China says Human Rights Watch barred over protest support

FILE - In this Thursday, Nov. 1, 2018 file photo, Kenneth Roth, Human Rights Watch's executive director, speaks during a news conference in Seoul, Sou...

FILE - In this Thursday, Nov. 1, 2018 file photo, Kenneth Roth, Human Rights Watch's executive director, speaks during a news conference in Seoul, Sou...

BEIJING (AP) — China said Monday it barred the head of the internationally renowned organization Human Rights Watch from entering Hong Kong due to the group's support for the territory's ongoing protest movement.

Foreign Ministry spokesman Geng Shuang said Human Rights Watch had instigated “anti-China activists" to “engage in radical violent crimes, and incite separatist activities hyping Hong Kong independence."

Groups such as Human Rights Watch were responsible for the current unrest in Hong Kong, and “deserve sanctions and must pay a price," Geng told reporters at a daily briefing.

Kenneth Roth, Human Rights Watch's executive director, had planned to launch the organization's annual world report in Hong Kong this week but was barred from entering on Sunday and put on a flight back to the United States.

Roth said in video posted to his Twitter account that the report's focus is China's efforts to “deliberately undermine the international human rights system."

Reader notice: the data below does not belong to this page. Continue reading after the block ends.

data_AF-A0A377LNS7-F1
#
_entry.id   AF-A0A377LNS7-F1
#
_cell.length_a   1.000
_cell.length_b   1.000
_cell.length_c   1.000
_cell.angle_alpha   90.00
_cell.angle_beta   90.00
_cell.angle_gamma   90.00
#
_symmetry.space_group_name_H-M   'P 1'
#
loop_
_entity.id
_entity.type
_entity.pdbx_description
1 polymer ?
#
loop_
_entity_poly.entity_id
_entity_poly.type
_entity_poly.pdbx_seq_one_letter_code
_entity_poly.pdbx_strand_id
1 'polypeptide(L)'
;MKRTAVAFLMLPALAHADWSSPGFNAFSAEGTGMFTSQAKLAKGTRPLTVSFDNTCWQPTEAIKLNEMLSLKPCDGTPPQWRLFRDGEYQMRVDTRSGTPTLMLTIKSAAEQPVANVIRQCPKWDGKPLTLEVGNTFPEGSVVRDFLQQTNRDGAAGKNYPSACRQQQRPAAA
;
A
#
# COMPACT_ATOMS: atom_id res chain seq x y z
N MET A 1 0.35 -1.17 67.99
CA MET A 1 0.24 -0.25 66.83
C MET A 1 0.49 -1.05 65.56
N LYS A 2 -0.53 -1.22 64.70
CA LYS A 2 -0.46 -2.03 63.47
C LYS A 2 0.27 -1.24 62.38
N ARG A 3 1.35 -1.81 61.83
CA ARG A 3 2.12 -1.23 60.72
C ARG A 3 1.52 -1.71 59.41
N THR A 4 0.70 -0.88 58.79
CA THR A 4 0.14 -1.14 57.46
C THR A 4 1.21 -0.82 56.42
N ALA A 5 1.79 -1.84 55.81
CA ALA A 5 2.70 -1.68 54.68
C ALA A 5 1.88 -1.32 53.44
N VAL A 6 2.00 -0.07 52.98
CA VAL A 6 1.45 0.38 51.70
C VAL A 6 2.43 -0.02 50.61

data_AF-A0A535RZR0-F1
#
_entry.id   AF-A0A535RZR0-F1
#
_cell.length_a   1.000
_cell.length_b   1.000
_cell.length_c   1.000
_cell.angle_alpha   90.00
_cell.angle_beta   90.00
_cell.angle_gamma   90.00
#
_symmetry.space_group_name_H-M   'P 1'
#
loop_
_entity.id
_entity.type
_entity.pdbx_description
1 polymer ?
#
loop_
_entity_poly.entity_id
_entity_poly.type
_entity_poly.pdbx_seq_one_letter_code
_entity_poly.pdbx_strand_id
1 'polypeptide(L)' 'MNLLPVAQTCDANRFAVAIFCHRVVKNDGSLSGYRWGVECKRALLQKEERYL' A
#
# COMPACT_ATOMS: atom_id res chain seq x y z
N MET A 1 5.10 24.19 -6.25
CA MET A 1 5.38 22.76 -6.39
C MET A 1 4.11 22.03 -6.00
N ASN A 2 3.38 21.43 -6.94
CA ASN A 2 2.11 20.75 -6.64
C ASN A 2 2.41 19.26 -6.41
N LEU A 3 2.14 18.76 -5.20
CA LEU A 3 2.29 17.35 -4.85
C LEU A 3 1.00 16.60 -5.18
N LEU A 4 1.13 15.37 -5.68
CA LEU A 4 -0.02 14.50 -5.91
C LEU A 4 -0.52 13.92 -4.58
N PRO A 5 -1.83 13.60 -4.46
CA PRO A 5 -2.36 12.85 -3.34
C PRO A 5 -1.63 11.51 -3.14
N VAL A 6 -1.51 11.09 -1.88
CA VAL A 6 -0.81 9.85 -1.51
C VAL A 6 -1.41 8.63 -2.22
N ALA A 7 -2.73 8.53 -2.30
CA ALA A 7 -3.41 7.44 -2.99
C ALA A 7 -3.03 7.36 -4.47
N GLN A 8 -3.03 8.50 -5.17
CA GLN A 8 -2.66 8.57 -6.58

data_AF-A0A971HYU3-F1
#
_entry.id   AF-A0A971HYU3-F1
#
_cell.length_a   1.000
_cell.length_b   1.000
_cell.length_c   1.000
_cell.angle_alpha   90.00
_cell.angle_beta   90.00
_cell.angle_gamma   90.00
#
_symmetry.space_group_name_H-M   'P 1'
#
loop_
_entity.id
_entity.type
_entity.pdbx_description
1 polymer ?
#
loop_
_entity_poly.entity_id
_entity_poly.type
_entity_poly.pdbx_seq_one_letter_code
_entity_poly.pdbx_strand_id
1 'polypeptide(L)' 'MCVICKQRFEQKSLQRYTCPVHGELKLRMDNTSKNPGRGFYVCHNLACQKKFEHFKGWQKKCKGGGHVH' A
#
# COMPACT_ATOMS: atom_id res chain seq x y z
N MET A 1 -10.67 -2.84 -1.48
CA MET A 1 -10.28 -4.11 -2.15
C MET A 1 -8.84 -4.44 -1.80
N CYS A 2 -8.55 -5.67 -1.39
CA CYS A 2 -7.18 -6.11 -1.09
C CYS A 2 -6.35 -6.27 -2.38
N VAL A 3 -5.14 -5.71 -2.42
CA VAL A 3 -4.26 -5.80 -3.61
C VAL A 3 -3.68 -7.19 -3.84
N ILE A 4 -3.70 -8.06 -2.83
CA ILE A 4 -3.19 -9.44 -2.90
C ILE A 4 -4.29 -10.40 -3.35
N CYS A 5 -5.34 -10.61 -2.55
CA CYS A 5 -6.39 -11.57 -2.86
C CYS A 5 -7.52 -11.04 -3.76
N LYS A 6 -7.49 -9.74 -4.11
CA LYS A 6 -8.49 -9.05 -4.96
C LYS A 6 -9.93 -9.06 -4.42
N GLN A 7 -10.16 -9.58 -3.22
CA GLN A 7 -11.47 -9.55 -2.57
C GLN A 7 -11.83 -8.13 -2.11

China pledged last month to sanction organizations that it said “performed badly" in relation to anti-government protests that have roiled Hong Kong for more than seven months. The National Endowment for Democracy and Freedom House were among the other groups cited for sanctions.

Mass demonstrations underpinned by distrust of China's ruling Communist Party began in Hong Kong in June. Protesters rallied initially against a bill that could have seen criminal suspects sent to face trial on the mainland. Although the legislation was later withdrawn, protesters'demands expanded to include calls for universal suffrage and an independent inquiry into alleged police brutality.

A former British colony, Hong Kong was handed over to Chinese rule in 1997 with a guarantee that it could retain its own political, legal, economic and social freedoms under the rubric of “one country, two systems." But protesters say their liberties have been steadily eroding under Chinese President Xi Jinping, who has increasingly tightened one-party authoritarian communist rule on the mainland.

Roth has visited Hong Kong numerous times and he said this is the first time he has been denied entry. The last time he visited the city was in April 2018 to hold a press conference about Human Rights Watch's report on gender discrimination in the Chinese job market.